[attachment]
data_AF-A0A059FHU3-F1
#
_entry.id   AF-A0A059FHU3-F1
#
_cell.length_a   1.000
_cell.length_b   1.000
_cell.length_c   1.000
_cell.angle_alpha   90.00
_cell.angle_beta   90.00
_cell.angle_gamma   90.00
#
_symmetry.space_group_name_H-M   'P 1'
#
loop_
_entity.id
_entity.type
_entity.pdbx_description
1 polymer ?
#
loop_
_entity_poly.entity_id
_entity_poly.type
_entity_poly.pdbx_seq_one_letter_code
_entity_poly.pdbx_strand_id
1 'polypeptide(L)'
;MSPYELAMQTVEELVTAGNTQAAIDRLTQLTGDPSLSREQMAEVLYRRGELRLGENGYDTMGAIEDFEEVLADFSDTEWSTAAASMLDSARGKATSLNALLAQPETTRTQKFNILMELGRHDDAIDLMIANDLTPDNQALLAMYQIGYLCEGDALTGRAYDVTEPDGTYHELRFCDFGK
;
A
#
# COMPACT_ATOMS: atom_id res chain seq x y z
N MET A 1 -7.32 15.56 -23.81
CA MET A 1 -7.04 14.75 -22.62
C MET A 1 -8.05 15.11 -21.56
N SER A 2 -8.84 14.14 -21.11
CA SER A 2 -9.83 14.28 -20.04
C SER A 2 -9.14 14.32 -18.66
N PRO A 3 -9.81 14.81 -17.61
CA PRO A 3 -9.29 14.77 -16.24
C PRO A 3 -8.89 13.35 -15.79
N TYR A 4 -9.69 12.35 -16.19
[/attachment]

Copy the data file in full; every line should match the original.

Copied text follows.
data_AF-A0A059FHU3-F1
#
_entry.id   AF-A0A059FHU3-F1
#
_cell.length_a   1.000
_cell.length_b   1.000
_cell.length_c   1.000
_cell.angle_alpha   90.00
_cell.angle_beta   90.00
_cell.angle_gamma   90.00
#
_symmetry.space_group_name_H-M   'P 1'
#
loop_
_entity.id
_entity.type
_entity.pdbx_description
1 polymer ?
#
loop_
_entity_poly.entity_id
_entity_poly.type
_entity_poly.pdbx_seq_one_letter_code
_entity_poly.pdbx_strand_id
1 'polypeptide(L)'
;MSPYELAMQTVEELVTAGNTQAAIDRLTQLTGDPSLSREQMAEVLYRRGELRLGENGYDTMGAIEDFEEVLADFSDTEWSTAAASMLDSARGKATSLNALLAQPETTRTQKFNILMELGRHDDAIDLMIANDLTPDNQALLAMYQIGYLCEGDALTGRAYDVTEPDGTYHELRFCDFGK
;
A
#
# COMPACT_ATOMS: atom_id res chain seq x y z
N MET A 1 -7.32 15.56 -23.81
CA MET A 1 -7.04 14.75 -22.62
C MET A 1 -8.05 15.11 -21.56
N SER A 2 -8.84 14.14 -21.11
CA SER A 2 -9.83 14.28 -20.04
C SER A 2 -9.14 14.32 -18.66
N PRO A 3 -9.81 14.81 -17.61
CA PRO A 3 -9.29 14.77 -16.24
C PRO A 3 -8.89 13.35 -15.79
N TYR A 4 -9.69 12.35 -16.19